In addition, the enactment of the draft regulation requires the government to identify and verify the fulfillment of oil palm plantation, so that it will have an impact on costs, long time and also have the potential to attract transaction practices that are detrimental to smallholders. In fact, the settlement of farmer’s problem related claim in forest area must be immdediately.
The next point regarding settlement claims of oil palm plantations in forest areas will only be resolved if the forest area has gone through a designation process. In fact, many oil palm plantations are claimed to be in forest areas, but the forest status of has not yet reached the stage of determining forest areas. Indonesian Forestry Scholar Association (Persaki) Expert Council, DR. Petrus Gunarso, also questioned what percentage of forests in Indonesia had actually been confirmed and declared as permanent forests.
In the draft regulation is also a requirement for farmers to have business permits which are limited to location permits and business permits in the plantation sector. In fact, so far, oil palm farmers do not have this permit because it is not required based on previous regulations such as the Plantation Law or the Minister of Agriculture Regulation. Even in rural communities, the social legality of a plantation land is only based on the recognition of the community/neighbors.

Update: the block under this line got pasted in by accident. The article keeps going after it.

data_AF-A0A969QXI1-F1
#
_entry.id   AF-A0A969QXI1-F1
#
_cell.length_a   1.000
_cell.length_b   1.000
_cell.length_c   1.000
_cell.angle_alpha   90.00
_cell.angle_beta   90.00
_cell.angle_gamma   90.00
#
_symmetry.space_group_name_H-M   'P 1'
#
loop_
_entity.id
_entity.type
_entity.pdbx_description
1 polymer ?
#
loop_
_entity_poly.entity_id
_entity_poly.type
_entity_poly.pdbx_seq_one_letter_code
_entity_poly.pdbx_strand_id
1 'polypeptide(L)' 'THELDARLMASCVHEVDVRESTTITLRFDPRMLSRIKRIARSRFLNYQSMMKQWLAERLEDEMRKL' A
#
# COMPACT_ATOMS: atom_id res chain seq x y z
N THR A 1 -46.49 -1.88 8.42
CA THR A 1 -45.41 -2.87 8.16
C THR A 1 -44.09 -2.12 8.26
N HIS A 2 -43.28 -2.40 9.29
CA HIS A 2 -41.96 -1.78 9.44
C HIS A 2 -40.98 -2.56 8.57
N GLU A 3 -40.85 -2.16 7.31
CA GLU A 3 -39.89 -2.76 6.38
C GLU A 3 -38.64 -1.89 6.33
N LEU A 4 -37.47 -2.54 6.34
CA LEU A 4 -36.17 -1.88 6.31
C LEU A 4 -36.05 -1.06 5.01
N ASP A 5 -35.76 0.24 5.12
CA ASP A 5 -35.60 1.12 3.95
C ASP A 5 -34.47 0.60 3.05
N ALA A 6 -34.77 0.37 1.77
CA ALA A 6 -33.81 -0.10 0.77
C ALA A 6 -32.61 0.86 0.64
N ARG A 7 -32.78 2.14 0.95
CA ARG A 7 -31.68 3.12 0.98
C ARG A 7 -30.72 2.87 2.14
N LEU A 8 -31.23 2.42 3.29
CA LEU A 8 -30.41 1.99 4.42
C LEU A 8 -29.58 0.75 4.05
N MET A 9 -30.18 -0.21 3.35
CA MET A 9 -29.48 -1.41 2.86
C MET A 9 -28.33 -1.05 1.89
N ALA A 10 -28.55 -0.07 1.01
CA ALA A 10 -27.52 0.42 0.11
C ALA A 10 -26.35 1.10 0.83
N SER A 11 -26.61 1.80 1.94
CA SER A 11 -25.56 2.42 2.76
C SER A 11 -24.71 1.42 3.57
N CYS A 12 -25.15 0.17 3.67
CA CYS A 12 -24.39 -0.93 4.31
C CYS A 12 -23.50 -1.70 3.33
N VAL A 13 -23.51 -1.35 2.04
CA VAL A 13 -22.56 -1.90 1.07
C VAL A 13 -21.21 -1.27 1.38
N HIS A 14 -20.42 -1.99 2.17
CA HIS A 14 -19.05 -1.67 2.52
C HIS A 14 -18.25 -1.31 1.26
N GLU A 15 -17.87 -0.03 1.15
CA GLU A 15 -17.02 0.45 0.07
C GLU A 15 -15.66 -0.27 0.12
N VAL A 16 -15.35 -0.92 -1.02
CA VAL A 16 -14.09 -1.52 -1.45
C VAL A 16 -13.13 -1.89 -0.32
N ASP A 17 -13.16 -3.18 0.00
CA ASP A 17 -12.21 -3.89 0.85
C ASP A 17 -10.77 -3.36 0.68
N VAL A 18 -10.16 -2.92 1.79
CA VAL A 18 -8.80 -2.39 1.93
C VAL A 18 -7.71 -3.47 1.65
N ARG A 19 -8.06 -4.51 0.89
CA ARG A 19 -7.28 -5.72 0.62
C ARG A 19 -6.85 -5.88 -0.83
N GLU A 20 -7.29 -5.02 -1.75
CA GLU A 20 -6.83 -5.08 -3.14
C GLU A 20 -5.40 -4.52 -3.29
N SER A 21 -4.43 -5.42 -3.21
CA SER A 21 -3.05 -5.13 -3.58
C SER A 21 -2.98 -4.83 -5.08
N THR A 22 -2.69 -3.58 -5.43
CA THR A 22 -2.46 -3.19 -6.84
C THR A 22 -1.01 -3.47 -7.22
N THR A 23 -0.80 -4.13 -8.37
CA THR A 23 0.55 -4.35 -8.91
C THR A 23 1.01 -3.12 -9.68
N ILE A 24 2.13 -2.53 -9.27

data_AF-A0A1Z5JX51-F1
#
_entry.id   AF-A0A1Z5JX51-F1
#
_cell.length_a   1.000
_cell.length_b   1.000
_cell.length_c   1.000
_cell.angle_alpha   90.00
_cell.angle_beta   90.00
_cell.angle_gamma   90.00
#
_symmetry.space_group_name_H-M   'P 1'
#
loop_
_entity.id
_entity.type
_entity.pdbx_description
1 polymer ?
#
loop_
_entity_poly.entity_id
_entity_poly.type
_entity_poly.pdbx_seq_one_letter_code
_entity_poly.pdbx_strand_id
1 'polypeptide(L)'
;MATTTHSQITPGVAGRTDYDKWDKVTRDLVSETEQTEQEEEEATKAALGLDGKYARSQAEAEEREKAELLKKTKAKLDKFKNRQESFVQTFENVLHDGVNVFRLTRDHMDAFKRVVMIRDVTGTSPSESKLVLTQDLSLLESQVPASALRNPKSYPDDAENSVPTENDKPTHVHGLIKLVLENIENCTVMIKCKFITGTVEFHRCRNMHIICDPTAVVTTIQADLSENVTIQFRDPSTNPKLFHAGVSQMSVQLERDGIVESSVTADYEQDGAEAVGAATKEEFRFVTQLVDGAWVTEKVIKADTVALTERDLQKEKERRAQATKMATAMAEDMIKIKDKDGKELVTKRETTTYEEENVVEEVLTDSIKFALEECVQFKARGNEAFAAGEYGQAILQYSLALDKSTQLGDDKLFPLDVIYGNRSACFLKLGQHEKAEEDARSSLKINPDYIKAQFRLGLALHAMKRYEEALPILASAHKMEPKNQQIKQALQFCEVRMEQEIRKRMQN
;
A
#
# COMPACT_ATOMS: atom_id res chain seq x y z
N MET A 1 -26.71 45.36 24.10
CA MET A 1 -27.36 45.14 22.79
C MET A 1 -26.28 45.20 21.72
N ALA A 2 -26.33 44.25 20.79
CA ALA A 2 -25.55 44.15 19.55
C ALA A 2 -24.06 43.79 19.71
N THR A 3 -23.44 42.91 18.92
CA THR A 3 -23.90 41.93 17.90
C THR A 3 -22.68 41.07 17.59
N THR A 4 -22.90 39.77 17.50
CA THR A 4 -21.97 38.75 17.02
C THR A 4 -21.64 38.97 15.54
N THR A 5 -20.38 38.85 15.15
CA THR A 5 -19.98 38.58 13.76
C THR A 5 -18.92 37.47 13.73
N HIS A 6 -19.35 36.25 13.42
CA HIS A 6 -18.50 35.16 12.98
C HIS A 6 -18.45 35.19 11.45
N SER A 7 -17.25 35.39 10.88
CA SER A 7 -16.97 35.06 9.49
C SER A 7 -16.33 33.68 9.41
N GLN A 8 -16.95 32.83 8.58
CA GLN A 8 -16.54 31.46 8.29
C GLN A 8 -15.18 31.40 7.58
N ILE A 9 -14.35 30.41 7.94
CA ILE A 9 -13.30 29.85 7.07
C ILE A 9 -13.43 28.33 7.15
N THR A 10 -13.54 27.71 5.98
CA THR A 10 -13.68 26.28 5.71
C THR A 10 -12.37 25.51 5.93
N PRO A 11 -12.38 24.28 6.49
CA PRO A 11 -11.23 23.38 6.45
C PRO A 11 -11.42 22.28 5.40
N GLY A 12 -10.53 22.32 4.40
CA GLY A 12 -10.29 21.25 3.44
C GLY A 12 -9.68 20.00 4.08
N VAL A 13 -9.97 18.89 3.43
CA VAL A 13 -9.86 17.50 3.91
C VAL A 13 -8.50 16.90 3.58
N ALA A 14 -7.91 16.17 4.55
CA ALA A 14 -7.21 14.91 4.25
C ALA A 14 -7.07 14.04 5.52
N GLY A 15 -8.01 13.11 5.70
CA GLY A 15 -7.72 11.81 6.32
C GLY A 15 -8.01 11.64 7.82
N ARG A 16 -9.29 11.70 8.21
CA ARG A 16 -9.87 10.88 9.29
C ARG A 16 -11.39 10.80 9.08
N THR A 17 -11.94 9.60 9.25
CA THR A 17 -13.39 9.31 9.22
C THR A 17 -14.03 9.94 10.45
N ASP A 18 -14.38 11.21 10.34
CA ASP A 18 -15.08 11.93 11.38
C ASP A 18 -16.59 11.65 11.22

Do not let the smallholder famers feel that the Indonesian government has abandoned them because there is no solution to problems that have long shackled them. The governments of other countries and the international community pay attention to the welfare of smallholder oil palm farmers. However, this is in contrast to the government in this country which issued a policy but has not been able to solve the problem of claim farmer’s plantations, in fact this policy is even burdening them.
The Indonesian government should support and defend the interests of smallholder farmers oil palm plantations by creating solutions to their problems. Draft regulation of Job Creation Law should still be hopeful by presenting a solution in the form of a short, easy, and inexpensive settlement mechanism as the philosophy of that law.
The regulation in question is in the form of a policy to exclude existing smallholder farmer oil palm plantations from forest areas and recognizing permit letters/certificates that have been owned by farmers such as Cultivation Registration Certificates (STDB), Customary Rights, Evidence of Planters’ Land Sale and Purchase, and other evidence recognized by the community and local customary law which are issued before the enactment of the Job Creation Law.
By resolving the problem of claims for farmer’s plantations in forest areas so that the legality can be “clean and clear”, it will bring enormous benefits to the development of oil palm plantations in Indonesia. Farmers will have access to capital and market because the legality of their land and business is guaranteed. They also can participate in the replanting program (PSR) and sustainable certification (ISPO). These benefits will lead to an increase in the welfare of oil palm farmers, which will drive the regional and national economies. At the same time also improving the image and prove to anti-palm oil NGOs that oil palm plantations in Indonesia are sustainable.